Connect with the methods of the past at the 12th Annual Holiday Show and Sale from 9 a.m. to 3:30 p.m. Saturday, Nov. 12, at Grace M. Sparkes Activity Center (Prescott Armory), 824 E. Gurley Street, Prescott.

The Mountain Spinners and Weavers Guild and the Prescott Area Woodturners will offer a wide variety of exceptional artwork and gifts at this free event.

The fiber creations provided by the spinners and weavers will include wearable art of all kinds, fashion accessories, household décor, jewelry, basketry, children’s wear, pet items and handspun, hand-dyed yarns and fibers.

Meet the artists as the spinners and weavers demonstrate various aspects of the fiber arts.

Publicity Chair Diane Braun explained that spinning and weaving are pre-industrial ways of creating cloth.

“For spinning, you take raw fiber, whether it’s wool from sheep or cotton or silk, and using a spinning wheel, you actually spin it into yarn,” Braun said “For weaving, we have looms that we weave cloth. So the cloth can then be made into anywhere from scarves and purses, clothing, towels, rugs, stuffed animals, anything you want to make from cloth. So, we create the cloth itself.”

The annual Holiday Show and Sale is a rare opportunity for members of the Mountain Spinners and Weavers Guild to sell their items and let the public see what is involved in the process of creating the items.

“It’s primarily a sale of items made by members,” Braun said. “We also have demonstrations of spinning and weaving going on during the event so that people can see the spinning wheels and looms in action.”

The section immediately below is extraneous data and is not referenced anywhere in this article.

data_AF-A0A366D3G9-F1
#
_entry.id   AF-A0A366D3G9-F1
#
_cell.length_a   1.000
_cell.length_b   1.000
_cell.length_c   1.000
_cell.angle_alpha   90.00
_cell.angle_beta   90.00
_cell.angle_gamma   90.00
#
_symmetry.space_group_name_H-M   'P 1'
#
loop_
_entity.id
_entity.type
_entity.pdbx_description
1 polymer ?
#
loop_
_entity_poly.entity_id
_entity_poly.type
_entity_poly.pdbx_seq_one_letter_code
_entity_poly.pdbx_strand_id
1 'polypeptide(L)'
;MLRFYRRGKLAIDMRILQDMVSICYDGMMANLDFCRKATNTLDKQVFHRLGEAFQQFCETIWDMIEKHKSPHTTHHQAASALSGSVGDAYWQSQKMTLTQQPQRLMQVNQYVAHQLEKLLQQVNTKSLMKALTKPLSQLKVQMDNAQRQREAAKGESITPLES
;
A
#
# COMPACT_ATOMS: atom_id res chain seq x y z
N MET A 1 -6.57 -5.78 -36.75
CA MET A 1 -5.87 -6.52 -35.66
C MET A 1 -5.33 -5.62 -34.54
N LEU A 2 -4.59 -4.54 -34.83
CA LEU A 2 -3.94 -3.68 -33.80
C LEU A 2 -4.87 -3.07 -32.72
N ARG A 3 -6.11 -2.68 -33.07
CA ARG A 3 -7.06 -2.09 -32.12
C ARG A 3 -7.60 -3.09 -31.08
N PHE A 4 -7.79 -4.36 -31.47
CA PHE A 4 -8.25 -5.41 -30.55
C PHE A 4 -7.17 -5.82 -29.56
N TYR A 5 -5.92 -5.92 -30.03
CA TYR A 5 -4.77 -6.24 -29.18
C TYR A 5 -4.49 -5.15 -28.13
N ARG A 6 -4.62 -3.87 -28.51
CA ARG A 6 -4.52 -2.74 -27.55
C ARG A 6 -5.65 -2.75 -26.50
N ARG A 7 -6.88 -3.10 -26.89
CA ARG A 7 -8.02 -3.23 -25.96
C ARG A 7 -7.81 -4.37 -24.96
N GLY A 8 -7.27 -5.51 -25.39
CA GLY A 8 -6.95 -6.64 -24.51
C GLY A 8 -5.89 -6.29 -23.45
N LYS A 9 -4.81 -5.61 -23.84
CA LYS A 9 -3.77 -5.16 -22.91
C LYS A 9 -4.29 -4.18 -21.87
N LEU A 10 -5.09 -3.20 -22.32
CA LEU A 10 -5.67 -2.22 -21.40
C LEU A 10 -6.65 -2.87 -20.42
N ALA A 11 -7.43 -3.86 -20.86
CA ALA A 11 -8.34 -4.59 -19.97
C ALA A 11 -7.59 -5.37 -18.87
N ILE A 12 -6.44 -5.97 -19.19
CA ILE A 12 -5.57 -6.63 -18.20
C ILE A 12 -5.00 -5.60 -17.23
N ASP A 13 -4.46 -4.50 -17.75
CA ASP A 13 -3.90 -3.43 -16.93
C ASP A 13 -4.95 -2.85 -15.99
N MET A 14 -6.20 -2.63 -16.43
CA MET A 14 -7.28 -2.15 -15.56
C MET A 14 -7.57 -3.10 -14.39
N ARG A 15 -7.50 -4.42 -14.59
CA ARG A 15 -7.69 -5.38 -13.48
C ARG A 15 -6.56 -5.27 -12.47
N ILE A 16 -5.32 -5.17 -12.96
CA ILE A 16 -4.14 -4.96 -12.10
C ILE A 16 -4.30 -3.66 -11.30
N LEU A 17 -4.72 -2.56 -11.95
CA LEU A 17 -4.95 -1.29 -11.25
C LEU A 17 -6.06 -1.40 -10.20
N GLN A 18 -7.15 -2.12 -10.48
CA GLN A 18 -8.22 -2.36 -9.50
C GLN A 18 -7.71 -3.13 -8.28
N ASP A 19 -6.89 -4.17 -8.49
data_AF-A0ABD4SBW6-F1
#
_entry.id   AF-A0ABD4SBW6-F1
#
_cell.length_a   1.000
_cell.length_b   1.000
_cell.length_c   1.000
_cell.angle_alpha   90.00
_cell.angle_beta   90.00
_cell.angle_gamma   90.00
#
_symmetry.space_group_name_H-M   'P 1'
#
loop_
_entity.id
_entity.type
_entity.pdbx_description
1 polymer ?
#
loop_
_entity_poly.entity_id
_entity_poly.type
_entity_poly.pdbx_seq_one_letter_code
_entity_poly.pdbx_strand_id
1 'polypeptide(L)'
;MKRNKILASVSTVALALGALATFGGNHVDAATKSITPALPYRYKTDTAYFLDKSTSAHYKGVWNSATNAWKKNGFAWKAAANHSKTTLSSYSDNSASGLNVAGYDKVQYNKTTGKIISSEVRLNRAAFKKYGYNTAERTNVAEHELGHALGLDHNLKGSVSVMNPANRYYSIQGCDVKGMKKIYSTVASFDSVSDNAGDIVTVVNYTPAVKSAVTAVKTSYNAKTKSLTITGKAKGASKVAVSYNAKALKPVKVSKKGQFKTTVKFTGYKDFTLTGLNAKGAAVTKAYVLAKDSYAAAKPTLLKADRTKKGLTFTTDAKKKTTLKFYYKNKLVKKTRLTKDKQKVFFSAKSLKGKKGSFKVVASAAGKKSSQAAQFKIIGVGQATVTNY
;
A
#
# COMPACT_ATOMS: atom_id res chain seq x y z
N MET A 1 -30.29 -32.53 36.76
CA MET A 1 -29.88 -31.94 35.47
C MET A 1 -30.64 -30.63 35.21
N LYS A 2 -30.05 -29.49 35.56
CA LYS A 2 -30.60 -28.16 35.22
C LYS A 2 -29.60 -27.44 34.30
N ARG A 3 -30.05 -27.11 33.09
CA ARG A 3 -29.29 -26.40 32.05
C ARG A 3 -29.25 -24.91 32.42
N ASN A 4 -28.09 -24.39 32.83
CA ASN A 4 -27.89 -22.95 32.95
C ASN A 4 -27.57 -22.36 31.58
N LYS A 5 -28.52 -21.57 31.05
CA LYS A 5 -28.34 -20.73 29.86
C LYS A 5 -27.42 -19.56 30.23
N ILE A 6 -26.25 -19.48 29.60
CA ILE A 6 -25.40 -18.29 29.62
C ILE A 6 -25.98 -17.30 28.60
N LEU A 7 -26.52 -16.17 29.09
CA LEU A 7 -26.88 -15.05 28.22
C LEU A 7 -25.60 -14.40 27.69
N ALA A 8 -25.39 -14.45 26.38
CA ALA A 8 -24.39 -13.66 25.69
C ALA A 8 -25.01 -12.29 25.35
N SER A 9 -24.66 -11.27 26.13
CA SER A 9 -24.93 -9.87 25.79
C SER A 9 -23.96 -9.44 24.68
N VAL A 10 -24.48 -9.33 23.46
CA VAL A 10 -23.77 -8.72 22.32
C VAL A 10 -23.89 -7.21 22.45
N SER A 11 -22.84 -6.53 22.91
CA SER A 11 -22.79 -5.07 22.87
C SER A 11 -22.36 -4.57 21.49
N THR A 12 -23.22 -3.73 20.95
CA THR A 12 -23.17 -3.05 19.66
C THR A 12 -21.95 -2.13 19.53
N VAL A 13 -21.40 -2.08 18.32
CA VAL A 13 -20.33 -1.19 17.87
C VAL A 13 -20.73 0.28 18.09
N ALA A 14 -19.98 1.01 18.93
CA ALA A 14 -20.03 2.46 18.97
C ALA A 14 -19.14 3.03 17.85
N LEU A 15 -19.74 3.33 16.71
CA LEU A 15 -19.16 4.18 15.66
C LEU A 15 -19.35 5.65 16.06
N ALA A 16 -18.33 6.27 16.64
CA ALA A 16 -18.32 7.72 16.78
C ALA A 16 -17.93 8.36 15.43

The event also gives the Prescott Area Woodturners an opportunity to showcase their work. The woodturners will display beautifully crafted works in exotic woods including decorative boxes, turned bowls, vases, ornaments, carvings and sculptures.

“All 12 years that we’ve been doing this, we’ve partnered with the Prescott Area Woodturners,” Braun said. “They also will be there with many of the examples for sale of items that they’ve made, bowls, flutes, all sorts of amazing things.”

The event will feature a raffle for the chance to win handmade treasurers.

“The tickets are like a dollar or two each, and the baskets are usually worth about $150 to $200 with handmade items in them,” Braun said. “There are different themes for the raffle baskets. One might be babies, another might be kitchen items and another might be just a piece of clothing that’s been handwoven.”

According to Braun the real value of the items that weavers and spinners create is in the connection with the past.

“Until industrialization, fabric was considered incredibly valuable because it took so long to create it and so often it was passed down from generation to generation, whereas today we can go out and just buy whatever we want,” Braun said. “We have lost touch with a lot of the items that we use every day. We take them for granted, whether it’s the food that we can buy easily at the grocery store or the clothing we can just go out and buy wherever.”

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Jesse Bertel is a reporter/videographer for the Prescott News Network. Follow him on Twitter @ JesseBertel, email him at, or call 928-445-3333, ext. 2043.

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